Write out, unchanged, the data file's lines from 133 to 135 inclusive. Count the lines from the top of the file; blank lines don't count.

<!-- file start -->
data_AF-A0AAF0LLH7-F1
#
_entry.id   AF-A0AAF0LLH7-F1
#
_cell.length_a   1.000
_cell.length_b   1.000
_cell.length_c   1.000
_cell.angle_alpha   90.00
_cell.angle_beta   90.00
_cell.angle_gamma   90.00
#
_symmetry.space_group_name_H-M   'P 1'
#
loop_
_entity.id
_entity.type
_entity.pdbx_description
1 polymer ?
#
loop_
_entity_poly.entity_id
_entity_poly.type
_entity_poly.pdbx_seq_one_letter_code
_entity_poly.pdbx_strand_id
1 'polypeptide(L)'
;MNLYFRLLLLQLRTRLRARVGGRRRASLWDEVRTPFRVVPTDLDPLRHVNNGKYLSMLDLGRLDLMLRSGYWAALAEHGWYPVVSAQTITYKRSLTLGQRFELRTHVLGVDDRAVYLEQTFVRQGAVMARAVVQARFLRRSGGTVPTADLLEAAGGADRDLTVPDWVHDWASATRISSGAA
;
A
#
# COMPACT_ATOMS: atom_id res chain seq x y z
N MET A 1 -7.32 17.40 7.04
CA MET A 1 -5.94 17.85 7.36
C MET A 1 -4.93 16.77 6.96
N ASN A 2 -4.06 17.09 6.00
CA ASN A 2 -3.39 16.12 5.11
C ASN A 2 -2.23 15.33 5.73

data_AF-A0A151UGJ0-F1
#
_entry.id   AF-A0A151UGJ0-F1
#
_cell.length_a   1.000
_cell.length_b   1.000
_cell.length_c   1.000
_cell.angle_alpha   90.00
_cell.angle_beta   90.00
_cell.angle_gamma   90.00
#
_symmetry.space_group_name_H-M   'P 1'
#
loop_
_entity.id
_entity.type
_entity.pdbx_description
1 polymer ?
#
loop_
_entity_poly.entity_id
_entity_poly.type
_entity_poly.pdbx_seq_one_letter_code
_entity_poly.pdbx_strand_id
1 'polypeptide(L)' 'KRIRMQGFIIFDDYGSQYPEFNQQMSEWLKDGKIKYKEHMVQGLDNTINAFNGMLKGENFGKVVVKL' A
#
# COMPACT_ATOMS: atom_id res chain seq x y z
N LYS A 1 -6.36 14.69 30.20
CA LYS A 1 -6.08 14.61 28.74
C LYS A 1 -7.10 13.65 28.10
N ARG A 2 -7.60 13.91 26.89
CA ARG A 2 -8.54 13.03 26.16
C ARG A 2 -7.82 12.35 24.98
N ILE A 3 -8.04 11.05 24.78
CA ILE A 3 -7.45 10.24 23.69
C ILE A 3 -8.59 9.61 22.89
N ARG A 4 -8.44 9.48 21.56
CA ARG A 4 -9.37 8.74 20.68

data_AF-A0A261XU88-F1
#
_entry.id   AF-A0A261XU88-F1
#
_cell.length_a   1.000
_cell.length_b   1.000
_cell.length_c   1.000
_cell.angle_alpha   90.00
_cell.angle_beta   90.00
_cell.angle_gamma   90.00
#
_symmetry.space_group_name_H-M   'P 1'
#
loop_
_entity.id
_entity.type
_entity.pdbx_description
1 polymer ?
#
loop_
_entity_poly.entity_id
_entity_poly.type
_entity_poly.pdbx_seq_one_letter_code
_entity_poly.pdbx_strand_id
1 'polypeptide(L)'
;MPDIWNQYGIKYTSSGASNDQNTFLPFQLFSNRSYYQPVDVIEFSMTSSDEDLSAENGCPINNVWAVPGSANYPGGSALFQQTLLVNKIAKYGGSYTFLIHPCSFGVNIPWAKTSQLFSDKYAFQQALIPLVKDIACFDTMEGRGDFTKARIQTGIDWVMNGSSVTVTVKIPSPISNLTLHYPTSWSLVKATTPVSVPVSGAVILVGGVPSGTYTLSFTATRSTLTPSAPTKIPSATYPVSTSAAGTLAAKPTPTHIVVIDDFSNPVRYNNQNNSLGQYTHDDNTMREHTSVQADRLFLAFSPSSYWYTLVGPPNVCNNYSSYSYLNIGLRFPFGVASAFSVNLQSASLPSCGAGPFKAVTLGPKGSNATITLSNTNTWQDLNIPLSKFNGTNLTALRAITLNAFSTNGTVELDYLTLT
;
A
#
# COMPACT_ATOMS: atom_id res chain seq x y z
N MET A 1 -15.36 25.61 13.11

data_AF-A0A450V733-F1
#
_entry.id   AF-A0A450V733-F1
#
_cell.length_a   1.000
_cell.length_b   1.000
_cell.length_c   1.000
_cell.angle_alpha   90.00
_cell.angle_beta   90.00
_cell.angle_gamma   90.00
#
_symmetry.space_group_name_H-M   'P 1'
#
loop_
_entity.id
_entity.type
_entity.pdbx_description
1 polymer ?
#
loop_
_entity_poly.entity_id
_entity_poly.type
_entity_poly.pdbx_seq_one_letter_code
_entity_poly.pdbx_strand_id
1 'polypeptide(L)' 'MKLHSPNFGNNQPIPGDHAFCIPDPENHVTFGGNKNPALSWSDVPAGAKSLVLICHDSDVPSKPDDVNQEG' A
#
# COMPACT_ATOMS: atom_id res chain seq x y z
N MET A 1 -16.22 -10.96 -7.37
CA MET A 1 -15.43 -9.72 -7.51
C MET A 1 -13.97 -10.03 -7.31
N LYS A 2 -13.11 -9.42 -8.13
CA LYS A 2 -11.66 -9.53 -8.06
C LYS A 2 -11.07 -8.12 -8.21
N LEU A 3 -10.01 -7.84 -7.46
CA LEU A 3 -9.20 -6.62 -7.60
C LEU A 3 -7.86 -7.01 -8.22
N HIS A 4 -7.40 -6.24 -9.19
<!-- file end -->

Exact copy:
N MET A 1 -16.22 -10.96 -7.37
CA MET A 1 -15.43 -9.72 -7.51
C MET A 1 -13.97 -10.03 -7.31